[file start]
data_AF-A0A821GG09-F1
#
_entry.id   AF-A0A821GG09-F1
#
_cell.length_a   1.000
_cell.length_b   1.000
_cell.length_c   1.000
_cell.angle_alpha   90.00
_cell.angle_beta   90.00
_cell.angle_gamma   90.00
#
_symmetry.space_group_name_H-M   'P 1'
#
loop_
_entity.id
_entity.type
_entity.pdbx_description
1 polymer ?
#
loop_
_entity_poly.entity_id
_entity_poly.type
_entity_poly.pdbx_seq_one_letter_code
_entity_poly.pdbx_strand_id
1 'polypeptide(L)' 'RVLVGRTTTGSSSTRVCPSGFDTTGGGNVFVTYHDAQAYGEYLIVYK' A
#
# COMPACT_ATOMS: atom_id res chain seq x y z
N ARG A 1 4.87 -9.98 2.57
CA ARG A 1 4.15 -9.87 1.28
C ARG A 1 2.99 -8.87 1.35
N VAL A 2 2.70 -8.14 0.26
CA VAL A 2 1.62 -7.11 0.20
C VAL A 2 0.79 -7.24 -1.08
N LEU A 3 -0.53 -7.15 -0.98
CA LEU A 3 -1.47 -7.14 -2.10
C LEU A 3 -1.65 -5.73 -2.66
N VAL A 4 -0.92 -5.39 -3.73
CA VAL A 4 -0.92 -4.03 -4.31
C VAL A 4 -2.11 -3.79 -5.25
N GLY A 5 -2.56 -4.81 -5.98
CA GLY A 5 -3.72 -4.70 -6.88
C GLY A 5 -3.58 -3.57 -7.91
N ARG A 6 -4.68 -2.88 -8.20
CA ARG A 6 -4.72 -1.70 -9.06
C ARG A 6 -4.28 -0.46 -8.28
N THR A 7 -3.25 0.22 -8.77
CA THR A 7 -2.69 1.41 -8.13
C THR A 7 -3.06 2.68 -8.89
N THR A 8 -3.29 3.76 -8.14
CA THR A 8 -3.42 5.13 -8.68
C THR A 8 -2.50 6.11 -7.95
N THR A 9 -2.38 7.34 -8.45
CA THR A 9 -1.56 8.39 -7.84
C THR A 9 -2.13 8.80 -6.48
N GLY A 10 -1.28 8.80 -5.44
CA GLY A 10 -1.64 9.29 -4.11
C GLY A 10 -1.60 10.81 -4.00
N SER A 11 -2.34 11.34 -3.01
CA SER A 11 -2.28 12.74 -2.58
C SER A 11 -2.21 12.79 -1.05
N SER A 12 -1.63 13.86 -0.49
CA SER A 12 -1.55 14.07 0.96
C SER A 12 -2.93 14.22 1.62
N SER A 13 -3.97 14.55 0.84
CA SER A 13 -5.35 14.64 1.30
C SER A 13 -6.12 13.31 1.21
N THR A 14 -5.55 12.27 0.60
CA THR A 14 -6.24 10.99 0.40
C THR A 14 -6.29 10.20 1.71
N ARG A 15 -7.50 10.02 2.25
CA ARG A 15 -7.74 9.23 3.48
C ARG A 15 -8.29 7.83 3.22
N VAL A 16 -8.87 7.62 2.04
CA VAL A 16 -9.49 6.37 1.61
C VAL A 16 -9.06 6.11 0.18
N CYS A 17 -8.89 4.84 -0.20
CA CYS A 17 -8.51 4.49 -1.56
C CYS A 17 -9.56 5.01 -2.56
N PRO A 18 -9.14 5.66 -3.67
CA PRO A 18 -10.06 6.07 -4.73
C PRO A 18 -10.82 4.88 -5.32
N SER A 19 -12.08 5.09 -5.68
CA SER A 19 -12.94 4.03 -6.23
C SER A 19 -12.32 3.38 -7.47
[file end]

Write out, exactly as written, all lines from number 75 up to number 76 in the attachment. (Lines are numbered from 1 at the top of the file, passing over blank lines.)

C VAL A 16 -9.06 6.11 0.18
N CYS A 17 -8.89 4.84 -0.20